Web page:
Bye-bye to bylines... in commercial writing your words aren’t your own
A couple of years ago, I spoke at a D&AD copywriting event. During the Q&A session at the end, I was asked whether I felt threatened by a new generation of talent coming through. In a rare and rash moment of of bravado, I answered “no, of course not”. But having had a few months to chew it over, I think a more balanced (if less illuminating) answer would be “I don’t know”. 

The point is, in commercial writing the author is very rarely credited. I occasionally read copy that makes me smile or prompts a pang of envy. I read plenty that makes me cringe. But, unless I happen to know who’s ‘in’ with the client or design company involved, I have little idea who to pat on the back or poke in the eye.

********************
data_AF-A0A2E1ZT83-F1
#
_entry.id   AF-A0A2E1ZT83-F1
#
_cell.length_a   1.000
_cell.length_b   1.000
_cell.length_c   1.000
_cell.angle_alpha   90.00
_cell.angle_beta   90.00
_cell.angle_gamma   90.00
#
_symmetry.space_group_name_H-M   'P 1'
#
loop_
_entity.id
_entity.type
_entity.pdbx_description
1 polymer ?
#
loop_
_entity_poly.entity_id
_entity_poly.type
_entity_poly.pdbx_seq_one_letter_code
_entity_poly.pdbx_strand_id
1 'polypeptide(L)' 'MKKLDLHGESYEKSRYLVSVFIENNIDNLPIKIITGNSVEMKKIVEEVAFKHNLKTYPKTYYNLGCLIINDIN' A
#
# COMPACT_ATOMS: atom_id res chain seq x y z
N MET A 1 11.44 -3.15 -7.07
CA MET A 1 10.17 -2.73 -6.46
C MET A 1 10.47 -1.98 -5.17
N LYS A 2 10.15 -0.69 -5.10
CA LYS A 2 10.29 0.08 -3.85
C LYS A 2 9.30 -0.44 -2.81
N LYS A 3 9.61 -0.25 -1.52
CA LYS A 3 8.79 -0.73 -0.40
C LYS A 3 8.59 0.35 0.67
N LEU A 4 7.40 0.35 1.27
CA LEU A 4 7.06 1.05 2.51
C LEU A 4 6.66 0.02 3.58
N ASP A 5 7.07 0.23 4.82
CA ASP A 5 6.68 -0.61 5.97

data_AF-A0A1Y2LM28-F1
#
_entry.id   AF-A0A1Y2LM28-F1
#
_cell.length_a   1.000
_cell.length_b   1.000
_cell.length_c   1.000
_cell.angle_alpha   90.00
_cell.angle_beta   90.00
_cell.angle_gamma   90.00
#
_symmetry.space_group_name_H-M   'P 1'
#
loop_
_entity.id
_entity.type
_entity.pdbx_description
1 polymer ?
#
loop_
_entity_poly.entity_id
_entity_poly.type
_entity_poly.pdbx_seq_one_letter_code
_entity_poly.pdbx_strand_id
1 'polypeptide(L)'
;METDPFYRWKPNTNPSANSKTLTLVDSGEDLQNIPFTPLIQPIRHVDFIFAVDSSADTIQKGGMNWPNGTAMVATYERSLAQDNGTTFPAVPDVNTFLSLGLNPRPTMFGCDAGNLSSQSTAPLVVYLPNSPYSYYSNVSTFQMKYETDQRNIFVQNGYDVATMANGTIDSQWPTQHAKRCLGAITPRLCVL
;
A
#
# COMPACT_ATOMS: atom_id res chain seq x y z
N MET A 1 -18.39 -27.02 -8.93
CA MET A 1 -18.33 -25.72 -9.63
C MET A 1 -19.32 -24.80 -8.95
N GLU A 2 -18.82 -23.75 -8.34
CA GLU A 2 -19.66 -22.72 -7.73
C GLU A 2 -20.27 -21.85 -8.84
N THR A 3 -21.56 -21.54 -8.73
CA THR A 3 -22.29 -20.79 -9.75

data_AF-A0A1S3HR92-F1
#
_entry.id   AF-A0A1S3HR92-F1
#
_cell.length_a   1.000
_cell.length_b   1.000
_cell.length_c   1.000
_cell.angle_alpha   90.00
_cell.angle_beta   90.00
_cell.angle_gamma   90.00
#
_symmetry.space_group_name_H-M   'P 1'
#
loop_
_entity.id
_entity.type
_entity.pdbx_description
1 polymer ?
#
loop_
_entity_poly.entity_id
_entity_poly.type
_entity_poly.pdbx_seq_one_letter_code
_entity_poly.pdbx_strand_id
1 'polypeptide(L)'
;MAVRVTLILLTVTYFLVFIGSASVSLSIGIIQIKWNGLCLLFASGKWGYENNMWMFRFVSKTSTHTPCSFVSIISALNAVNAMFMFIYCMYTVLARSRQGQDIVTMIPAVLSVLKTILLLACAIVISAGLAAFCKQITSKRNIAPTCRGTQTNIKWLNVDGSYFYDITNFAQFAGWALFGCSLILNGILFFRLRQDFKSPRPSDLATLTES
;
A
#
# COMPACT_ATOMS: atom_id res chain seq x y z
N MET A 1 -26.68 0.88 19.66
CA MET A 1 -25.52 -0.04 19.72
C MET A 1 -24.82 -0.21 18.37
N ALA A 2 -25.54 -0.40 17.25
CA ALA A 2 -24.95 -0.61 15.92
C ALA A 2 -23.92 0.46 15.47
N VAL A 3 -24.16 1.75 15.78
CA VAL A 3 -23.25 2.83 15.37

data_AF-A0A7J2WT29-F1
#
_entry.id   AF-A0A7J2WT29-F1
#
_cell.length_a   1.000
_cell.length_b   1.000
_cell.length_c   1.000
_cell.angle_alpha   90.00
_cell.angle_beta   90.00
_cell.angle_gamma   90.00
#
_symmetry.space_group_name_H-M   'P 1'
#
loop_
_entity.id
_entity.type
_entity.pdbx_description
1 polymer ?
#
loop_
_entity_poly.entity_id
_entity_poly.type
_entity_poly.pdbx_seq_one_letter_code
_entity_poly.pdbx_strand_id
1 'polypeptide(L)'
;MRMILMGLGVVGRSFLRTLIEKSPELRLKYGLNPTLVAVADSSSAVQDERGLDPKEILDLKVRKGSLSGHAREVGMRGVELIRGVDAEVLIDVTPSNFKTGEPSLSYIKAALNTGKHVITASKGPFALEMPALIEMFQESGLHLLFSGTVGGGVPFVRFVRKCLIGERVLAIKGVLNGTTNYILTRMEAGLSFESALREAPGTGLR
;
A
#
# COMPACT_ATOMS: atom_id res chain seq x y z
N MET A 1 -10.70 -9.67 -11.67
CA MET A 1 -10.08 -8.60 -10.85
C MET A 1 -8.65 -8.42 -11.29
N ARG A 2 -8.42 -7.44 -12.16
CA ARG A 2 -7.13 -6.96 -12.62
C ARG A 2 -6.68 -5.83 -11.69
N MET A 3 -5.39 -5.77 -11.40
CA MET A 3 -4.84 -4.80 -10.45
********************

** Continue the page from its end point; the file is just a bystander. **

A Fieldingesqe romp set in belle epoque Amsterdam, Pleasure Seeker is the story of devilishly handsome country boy Piet Barol’s introduction to the mores (sexual and otherwise) of the big, bad city. An incorrigible charmer who manages to turn any situation to his advantage, the libidinous Barol is hired as a tutor to the son of a wealthy hotelier, and quickly sets pulses racing upstairs and downstairs. South African novelist Richard Mason writes with a deftness of touch and fine eye for historical detail. One online reviewer described HoaPS as “smutty and pretentious”, which is probably why I enjoyed it so much. The cover is excellent too. A sequel is apparently already in the works, and if it isn’t made into a movie soon, I’m a Dutchman.